A video of a public hearing in Fairfax County, Virginia appears to show a Democratic state senator making disparaging remarks about gun owners.
The footage was taken from alive streamof a January 4 meeting and disseminated widely on social media this week.
Several residents in attendance expressed concerns about proposed restrictions on firearms ownership, which have sparked grass roots opposition throughout Virginia and resulted in 9 out of 10 counties in the state declaring themselves “Second Amendment sanctuaries.”
During a recess, state Sen. David Marsden was caught on a hot mic appearing to ask Virginia House Speaker Eileen Filler-Corn if she was “going to stick around for the 10 o’clock gun guys?”
After a brief exchange with Filler-Corn, Marsden can be heard saying, “They’re just like little kids.”
At another point in the video, he is heard saying, “As long as we just don’t respond to them.”
Commenters on social media were outraged by the remarks, which wereat first attributedto Dick Saslaw, a Virginia state senator who, like Marsden, is a fierce proponent of gun control.
Marsden has clashed with pro-gun state residents before.
Video uploaded to YouTube recently shows Marsden engaging in a back and forth with gun owners in July.
“The problem we have to solve is the fact that your gun is just temporarily in your control,” Marsden said. “But that gun will go on and you have no ability to control who it goes to or what they’ll do.”
Marsden addressed the topic of gun violence in anop-edpublished by The Washington Post in July, dismissing gun rights activists’ fears that their fierarms would be taken away as “irrational.”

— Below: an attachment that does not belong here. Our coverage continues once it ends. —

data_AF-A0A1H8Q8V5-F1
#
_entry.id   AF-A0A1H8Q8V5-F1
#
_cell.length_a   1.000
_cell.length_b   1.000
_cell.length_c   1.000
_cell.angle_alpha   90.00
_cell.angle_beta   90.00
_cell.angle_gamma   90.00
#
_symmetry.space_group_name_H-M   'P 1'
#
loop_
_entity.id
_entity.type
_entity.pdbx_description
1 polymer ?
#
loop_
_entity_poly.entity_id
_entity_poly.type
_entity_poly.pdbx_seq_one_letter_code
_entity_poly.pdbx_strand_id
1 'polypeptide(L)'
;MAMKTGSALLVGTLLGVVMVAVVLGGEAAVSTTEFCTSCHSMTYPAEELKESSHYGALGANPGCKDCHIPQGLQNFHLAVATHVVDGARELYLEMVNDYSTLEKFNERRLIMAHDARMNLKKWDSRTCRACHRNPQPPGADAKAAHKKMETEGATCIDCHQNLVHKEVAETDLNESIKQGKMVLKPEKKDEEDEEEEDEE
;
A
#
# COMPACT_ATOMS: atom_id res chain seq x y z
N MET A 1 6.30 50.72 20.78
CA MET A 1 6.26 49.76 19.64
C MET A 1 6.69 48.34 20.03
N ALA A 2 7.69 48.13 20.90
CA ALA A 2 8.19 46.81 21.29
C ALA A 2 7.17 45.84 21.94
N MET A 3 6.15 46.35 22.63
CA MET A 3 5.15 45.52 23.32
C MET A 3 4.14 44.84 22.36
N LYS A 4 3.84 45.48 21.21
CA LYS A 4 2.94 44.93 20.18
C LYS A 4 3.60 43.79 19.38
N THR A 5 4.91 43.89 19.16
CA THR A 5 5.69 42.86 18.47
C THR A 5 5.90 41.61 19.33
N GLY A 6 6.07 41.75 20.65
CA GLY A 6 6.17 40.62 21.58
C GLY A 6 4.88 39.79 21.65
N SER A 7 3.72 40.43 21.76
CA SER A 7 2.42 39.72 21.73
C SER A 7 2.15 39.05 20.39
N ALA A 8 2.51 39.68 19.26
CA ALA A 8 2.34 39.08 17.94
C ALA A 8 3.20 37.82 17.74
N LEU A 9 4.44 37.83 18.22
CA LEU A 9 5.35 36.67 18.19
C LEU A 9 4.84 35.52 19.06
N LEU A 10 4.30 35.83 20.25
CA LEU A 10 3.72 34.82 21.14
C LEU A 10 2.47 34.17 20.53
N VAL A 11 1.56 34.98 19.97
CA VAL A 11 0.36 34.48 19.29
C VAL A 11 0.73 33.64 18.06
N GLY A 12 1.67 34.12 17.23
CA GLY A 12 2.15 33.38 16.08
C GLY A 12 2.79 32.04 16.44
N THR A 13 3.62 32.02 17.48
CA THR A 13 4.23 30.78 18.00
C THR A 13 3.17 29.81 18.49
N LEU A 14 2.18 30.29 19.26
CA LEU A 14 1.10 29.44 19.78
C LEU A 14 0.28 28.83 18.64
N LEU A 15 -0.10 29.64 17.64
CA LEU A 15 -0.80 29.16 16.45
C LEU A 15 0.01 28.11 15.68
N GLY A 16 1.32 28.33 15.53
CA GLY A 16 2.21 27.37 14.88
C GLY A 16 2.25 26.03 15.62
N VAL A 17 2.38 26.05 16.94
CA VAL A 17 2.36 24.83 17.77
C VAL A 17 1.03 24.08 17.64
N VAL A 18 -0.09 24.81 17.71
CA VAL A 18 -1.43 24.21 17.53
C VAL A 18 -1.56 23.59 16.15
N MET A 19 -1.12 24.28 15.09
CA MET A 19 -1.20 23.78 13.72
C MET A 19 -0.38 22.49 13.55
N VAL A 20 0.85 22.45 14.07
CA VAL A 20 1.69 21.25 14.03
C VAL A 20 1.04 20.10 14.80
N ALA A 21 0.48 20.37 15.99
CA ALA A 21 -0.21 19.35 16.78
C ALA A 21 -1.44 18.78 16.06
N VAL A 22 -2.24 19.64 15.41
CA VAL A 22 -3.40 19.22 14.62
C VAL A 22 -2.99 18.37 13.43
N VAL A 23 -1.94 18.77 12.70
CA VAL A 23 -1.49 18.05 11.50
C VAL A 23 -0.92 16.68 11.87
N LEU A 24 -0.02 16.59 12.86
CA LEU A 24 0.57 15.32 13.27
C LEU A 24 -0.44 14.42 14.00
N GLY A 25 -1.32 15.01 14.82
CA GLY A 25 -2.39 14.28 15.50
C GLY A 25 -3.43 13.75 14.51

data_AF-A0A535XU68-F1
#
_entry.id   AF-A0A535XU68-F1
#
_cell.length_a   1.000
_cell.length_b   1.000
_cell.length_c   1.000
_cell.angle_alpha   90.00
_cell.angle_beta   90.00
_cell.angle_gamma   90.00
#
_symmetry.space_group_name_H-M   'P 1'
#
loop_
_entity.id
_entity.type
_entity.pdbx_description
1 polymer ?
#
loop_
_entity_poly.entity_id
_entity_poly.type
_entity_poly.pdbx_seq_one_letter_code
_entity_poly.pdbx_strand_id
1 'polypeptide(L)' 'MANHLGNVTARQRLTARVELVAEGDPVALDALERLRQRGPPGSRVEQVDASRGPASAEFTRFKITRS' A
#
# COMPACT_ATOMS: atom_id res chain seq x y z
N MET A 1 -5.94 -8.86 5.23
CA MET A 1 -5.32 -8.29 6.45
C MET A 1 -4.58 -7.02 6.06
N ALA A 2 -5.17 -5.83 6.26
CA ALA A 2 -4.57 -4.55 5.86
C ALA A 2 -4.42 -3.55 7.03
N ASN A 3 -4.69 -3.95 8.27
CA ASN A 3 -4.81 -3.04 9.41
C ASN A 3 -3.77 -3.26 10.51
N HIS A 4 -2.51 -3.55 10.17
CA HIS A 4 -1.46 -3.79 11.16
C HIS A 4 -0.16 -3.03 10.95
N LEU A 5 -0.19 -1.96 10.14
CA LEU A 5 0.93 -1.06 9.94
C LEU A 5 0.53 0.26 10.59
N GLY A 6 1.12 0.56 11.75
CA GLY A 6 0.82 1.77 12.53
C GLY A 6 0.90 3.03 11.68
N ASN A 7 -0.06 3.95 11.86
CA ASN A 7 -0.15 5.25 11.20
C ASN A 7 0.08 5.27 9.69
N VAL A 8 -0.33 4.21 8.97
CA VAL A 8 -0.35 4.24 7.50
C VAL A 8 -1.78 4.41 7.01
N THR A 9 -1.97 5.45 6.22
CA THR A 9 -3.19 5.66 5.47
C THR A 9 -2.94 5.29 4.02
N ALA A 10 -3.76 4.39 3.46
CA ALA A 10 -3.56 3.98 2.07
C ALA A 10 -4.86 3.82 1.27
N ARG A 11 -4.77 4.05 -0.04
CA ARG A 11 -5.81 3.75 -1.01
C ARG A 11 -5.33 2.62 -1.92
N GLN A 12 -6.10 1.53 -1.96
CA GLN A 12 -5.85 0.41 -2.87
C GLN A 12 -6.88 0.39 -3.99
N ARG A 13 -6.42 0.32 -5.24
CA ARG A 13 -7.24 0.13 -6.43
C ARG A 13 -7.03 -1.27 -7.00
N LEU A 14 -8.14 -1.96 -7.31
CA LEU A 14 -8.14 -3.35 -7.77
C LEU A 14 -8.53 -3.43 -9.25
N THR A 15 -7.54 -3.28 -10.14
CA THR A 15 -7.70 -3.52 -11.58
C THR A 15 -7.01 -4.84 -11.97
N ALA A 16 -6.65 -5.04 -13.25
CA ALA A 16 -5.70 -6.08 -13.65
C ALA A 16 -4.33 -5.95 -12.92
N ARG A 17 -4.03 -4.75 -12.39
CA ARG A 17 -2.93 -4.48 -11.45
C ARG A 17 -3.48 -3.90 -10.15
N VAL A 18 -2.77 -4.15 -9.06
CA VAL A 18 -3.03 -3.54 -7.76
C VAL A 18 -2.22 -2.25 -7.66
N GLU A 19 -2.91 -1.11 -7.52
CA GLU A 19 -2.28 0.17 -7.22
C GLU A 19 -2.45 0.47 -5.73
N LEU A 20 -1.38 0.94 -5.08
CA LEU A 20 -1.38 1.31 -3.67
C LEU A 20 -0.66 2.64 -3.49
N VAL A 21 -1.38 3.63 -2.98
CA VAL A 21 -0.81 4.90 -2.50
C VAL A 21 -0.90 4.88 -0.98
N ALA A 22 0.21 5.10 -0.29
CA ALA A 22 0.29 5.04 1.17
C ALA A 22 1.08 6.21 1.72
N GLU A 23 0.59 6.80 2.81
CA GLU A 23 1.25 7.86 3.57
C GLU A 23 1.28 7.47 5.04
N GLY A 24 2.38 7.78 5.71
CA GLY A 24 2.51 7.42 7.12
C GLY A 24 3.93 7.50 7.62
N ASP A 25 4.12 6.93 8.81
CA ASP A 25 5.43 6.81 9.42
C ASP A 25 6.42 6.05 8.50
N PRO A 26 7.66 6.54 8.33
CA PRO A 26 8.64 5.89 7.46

“I have been exposed to numerous gun-related incidents that never made the news but convinced me that our possession and use of firearms must be thoughtfully regulated,” he wrote.
Neither Marsden nor Filler-Corn immediately returned Pluralist’s request for comment.
Virginia gun control
Virginia finds itself in the midst of a fierce ideological battle over the issue of gun control.
The state’s Democrats, who in November seized control of both houses of the state’s legislature for the first time in more than two decades, made gun control laws a focus of their campaigns.
Democrats’ electoral triumph sparked concerns about increased restrictions on firearms possession, which the state’s pro-gun advocates say infringe on their Second Amendment rights.
Several proposals, including an “assault weapons” ban backed by Democratic Gov. Ralph Northam, prompted outrage in a wide swathe of rural localities across the state.
Democrats announced earlier this month they were amending the pending ban on “assault weapons” in the face of political pressure.
An early draft of the bill would have made it a felony to possess any firearm defined as an “assault weapon.” Gun rights groups were particularly concerned by the lack of an exception for those who already possess such weapons.
The move to confiscate guns faced immense grassroots opposition in the state, which has seen an overwhelming majority of its counties declare themselves “Second Amendment sanctuaries.”
One southwestern Virginia county went even further, passing a resolution authorizing funding for the formation of a well-regulated militia.